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Clinical judgment is a cornerstone for validating and using clinical prediction rules: a head-to-head study on ambulation outcomes for spinal cord injured patients

Résumé Study design Retrospective comparative study.Objective Clinical prediction rules (CPRs) are an effervescent topic in the medical literature. Recovering ambulation after a traumatic spinal cord injury (tSCI) is a priority for patients and multiple CPRs have been proposed for predicting ambulation outcomes. Our objective is to confront clinical judgment to an established CPR developed for patients with tSCI. Settings Level one trauma center specialized in tSCI and its affiliated rehabilitation center. Method In this retrospective comparative study, six physicians had to predict the ambulation outcome of 68 patients after a tSCI based on information from the acute hospitalization. Ambulation was also predicted according to the CPR of van Middendorp (CPR-vM). The success rate of the CPR-vM and clinicians to predict ambulation was compared using criteria of 5% for defining clinical significance, and a level of statistical significance of 0.05 for bilateral McNemar tests. Results There was no statistical difference between the overall performance of physicians (success rate of 79%) and of the CPR-vM (81%) for predicting ambulation. The differences between the CPR-vM and physicians varied clinically and significantly with the level of experience, clinical setting, and field of expertise. Conclusion Confronting CPRs with the judgment of a group of clinicians should be an integral part of the design and validation of CPRs. Head-to-head comparison of CPRs with clinicians is also a cornerstone for defining the optimal strategy for translation into the clinical practice, and for defining which clinician and specific clinical context would benefit from using the CPR.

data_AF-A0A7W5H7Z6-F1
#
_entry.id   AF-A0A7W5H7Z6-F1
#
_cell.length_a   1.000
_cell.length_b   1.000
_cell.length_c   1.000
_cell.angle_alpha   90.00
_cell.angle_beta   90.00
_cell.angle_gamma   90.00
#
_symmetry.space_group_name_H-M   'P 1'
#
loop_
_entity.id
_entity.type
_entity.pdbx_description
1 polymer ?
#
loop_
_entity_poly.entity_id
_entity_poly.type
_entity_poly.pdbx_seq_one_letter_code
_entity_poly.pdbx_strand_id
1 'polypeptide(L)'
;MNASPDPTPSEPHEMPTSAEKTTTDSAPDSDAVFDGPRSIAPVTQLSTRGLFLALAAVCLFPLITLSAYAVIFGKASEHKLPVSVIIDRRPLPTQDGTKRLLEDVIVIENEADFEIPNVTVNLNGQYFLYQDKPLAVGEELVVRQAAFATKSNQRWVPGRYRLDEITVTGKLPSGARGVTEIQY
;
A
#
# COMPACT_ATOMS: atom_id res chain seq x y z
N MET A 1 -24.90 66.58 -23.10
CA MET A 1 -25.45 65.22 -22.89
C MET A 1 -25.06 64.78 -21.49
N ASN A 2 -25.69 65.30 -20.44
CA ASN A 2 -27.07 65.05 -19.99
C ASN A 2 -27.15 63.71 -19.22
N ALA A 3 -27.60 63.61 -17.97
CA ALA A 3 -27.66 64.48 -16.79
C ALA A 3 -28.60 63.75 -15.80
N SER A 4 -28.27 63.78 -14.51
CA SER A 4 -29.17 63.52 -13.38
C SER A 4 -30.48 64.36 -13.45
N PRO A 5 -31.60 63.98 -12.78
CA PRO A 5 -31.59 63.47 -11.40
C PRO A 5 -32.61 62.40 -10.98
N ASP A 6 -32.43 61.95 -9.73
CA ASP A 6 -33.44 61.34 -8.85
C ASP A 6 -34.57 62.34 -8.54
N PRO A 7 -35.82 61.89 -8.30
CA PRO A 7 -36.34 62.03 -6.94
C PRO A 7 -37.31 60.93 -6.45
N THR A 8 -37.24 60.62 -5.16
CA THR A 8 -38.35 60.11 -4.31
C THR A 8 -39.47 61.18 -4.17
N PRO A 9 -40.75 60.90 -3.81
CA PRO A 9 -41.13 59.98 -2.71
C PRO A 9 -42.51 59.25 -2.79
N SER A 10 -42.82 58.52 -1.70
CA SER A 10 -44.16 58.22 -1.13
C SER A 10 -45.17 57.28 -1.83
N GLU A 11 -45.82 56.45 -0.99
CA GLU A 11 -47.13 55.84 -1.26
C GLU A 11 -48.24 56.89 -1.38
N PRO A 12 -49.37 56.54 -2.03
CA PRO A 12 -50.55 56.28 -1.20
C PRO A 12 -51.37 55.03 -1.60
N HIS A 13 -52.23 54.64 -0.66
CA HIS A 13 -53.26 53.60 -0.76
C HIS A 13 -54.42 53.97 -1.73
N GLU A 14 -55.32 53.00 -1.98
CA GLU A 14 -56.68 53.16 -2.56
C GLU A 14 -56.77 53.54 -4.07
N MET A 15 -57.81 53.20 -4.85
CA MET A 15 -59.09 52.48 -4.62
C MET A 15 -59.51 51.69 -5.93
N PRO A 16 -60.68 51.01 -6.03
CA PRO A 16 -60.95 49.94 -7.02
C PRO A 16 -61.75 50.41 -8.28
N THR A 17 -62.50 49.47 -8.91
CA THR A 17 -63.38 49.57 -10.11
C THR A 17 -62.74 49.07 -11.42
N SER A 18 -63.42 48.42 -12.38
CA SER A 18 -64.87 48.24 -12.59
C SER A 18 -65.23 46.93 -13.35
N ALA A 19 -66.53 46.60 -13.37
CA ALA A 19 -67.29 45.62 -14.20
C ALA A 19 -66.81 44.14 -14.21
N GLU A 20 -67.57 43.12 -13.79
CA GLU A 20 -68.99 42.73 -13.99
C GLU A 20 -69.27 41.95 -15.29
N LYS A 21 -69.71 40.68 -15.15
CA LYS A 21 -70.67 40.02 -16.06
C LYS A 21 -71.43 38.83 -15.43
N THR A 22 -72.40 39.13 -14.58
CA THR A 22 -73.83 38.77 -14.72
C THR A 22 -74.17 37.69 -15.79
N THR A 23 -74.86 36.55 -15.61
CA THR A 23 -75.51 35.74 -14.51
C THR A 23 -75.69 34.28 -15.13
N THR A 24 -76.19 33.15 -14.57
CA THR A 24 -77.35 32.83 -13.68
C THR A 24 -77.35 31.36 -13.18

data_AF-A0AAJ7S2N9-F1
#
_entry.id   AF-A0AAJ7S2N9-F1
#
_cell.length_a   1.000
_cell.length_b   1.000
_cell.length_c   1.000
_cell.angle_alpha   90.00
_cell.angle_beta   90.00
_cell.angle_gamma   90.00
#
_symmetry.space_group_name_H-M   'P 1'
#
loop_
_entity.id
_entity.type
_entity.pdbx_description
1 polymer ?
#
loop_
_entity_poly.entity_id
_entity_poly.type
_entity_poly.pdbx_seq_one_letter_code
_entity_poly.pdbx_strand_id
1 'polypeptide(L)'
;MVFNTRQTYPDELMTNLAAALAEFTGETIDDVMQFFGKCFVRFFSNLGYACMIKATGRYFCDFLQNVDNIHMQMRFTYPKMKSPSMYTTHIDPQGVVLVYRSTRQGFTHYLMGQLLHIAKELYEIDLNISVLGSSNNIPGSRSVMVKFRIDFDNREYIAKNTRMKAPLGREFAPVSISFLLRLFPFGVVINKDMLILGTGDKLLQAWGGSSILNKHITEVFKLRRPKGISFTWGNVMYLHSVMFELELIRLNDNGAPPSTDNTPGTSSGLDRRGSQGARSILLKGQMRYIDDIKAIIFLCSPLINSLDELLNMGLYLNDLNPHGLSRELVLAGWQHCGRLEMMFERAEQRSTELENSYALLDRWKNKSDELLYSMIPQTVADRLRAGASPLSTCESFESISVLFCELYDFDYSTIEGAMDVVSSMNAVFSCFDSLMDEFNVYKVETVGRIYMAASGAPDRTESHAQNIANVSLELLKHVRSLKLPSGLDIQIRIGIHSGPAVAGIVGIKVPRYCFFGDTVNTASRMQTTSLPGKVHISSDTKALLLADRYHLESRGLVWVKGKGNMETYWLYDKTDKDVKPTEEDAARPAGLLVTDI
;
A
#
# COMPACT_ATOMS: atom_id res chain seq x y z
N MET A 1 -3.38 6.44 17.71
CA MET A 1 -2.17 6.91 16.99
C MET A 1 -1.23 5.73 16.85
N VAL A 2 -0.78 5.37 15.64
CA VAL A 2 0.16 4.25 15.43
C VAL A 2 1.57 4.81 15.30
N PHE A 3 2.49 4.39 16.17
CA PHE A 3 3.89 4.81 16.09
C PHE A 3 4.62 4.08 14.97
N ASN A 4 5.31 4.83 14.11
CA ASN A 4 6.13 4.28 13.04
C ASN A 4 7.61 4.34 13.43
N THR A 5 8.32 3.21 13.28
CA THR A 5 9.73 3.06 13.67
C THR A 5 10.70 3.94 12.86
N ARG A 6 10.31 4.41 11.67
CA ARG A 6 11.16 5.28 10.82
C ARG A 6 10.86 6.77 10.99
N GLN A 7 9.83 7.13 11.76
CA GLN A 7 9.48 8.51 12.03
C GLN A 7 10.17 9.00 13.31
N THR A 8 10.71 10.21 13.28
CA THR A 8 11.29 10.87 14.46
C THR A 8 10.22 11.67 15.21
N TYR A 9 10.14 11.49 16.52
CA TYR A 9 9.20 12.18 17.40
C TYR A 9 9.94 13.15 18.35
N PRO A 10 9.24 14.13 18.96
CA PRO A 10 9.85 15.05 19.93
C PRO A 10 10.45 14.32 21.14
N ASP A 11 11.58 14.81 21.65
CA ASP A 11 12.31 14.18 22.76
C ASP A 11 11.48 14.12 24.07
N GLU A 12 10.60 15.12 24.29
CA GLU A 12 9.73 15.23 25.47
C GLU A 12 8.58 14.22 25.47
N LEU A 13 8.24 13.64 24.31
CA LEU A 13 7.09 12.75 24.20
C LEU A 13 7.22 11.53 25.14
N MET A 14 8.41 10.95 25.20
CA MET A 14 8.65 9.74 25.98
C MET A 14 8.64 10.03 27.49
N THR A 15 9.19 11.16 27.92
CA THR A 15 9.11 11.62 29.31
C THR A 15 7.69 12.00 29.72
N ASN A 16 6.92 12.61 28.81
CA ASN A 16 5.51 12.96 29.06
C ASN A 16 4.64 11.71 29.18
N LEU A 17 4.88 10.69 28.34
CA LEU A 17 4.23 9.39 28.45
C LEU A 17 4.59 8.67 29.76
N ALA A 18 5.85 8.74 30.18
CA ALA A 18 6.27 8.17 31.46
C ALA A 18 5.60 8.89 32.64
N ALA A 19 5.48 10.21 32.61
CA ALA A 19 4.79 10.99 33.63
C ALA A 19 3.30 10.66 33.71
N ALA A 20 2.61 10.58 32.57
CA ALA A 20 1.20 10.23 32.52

AuteursRémi Pelletier-Roy, Andréane Richard-Denis, Stéphanie Jean, Étienne Bourassa-Moreau, Jean Fleury, Geneviève Beauchamp-Vien
Titre de revue/journal, volume et numéroSpinal Cord, volume 59, numéro 10.
Langue de la publication et/ou de traductionAnglais (langue d’origine)
Année de parution2021
PaysQuébec, Canada.
Institutions affiliéesUniversité de Montréal, Hopital du Sacré Coeur de Montréal, Institut de réadaptation Lindsay-Gingras de Montréal
Lien vers la publicationhttps://www.nature.com/articles/s41393-021-00632-6
Type d’accès à la publicationGratuit
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